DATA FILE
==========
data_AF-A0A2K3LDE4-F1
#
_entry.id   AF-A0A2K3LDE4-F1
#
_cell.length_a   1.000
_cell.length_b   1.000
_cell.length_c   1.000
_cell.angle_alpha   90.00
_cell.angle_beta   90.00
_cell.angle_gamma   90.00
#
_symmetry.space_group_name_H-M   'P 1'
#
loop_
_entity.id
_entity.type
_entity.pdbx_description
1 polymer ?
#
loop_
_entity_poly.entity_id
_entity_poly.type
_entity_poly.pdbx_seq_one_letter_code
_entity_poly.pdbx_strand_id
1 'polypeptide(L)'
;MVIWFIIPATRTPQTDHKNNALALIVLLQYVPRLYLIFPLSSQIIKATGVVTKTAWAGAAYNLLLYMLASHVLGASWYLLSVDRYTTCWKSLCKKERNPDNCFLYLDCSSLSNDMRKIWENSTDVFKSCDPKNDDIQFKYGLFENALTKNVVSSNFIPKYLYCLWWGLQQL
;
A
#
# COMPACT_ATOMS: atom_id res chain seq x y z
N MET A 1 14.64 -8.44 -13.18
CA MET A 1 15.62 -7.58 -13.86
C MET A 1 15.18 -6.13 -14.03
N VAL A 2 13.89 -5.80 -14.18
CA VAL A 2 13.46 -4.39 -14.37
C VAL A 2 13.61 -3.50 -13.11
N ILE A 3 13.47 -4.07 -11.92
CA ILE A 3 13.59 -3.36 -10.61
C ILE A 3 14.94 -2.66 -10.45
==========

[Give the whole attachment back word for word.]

data_AF-A0A2K3LDE4-F1
#
_entry.id   AF-A0A2K3LDE4-F1
#
_cell.length_a   1.000
_cell.length_b   1.000
_cell.length_c   1.000
_cell.angle_alpha   90.00
_cell.angle_beta   90.00
_cell.angle_gamma   90.00
#
_symmetry.space_group_name_H-M   'P 1'
#
loop_
_entity.id
_entity.type
_entity.pdbx_description
1 polymer ?
#
loop_
_entity_poly.entity_id
_entity_poly.type
_entity_poly.pdbx_seq_one_letter_code
_entity_poly.pdbx_strand_id
1 'polypeptide(L)'
;MVIWFIIPATRTPQTDHKNNALALIVLLQYVPRLYLIFPLSSQIIKATGVVTKTAWAGAAYNLLLYMLASHVLGASWYLLSVDRYTTCWKSLCKKERNPDNCFLYLDCSSLSNDMRKIWENSTDVFKSCDPKNDDIQFKYGLFENALTKNVVSSNFIPKYLYCLWWGLQQL
;
A
#
# COMPACT_ATOMS: atom_id res chain seq x y z
N MET A 1 14.64 -8.44 -13.18
CA MET A 1 15.62 -7.58 -13.86
C MET A 1 15.18 -6.13 -14.03
N VAL A 2 13.89 -5.80 -14.18
CA VAL A 2 13.46 -4.39 -14.37
C VAL A 2 13.61 -3.50 -13.11
N ILE A 3 13.47 -4.07 -11.92
CA ILE A 3 13.59 -3.36 -10.61
C ILE A 3 14.94 -2.66 -10.45